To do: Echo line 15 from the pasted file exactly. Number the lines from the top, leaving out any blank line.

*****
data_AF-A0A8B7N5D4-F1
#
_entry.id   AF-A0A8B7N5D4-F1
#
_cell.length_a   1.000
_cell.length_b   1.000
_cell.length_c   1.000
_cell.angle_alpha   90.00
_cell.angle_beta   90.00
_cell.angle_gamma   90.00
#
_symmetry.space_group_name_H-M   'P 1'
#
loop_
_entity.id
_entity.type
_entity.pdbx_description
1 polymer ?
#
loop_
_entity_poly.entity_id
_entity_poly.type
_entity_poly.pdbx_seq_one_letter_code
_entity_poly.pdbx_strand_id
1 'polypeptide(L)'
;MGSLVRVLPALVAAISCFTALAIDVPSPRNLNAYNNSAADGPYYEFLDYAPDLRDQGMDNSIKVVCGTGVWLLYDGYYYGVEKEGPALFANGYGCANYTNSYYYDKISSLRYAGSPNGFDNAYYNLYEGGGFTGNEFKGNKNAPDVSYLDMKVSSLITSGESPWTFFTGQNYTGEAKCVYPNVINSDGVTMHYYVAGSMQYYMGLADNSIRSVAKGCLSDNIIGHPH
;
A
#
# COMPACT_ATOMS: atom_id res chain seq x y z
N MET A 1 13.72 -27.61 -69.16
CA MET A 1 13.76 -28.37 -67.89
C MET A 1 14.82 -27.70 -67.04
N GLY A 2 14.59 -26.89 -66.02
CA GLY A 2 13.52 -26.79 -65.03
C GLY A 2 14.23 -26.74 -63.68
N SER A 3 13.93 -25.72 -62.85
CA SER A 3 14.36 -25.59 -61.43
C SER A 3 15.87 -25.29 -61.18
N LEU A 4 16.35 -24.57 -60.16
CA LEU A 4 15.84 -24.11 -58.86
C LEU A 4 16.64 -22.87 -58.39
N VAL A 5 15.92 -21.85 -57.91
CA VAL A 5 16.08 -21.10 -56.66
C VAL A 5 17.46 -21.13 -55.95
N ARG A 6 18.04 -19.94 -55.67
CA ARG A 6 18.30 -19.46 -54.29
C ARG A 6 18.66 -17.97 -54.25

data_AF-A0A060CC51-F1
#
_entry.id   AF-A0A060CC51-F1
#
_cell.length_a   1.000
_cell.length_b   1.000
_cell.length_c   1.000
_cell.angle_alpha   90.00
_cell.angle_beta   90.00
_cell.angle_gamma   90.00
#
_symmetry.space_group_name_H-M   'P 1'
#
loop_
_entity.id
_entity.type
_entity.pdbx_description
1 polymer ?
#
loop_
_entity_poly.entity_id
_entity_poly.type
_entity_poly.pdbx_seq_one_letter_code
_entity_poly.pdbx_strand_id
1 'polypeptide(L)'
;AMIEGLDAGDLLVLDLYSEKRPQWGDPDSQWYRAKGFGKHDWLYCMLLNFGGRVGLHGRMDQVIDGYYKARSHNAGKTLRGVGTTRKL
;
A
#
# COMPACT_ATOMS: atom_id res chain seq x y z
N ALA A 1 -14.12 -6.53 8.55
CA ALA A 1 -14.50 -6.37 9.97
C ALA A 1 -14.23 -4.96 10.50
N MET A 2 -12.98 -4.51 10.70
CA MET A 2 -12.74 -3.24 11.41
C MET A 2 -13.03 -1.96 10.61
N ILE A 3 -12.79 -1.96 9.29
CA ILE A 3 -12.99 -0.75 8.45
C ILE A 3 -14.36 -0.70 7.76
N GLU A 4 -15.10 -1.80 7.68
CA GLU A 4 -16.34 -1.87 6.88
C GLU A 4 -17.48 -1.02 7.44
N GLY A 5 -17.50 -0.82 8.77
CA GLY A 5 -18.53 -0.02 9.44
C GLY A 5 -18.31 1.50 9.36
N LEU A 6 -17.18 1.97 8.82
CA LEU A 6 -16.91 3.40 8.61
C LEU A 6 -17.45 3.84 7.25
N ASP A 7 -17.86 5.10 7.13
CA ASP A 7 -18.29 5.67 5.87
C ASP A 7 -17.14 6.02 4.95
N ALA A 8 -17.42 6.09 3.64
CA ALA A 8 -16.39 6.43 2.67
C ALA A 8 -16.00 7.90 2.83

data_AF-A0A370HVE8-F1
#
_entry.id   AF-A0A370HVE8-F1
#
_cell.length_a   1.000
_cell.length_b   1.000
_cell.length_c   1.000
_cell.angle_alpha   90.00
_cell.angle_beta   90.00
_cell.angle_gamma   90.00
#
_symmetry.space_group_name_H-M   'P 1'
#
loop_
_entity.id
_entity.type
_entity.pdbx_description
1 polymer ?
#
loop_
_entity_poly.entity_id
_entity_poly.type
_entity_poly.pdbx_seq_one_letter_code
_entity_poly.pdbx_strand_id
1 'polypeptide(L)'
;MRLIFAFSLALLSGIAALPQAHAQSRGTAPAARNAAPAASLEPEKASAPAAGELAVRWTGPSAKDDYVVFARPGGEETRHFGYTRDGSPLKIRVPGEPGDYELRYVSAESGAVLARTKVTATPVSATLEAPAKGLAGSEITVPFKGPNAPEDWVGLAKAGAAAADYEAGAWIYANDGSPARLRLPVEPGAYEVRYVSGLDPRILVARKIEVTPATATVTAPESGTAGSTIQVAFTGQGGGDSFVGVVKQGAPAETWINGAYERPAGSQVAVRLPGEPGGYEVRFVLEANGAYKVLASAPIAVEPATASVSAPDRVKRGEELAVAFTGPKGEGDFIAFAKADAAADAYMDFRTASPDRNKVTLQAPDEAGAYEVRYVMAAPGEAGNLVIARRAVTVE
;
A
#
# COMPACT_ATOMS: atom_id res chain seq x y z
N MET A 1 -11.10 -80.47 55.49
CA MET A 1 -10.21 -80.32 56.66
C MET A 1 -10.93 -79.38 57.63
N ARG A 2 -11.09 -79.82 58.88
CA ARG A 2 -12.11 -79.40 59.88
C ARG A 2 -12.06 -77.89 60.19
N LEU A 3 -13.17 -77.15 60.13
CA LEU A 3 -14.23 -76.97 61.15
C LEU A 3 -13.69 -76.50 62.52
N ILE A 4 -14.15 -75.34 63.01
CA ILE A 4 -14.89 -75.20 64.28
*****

_entity.id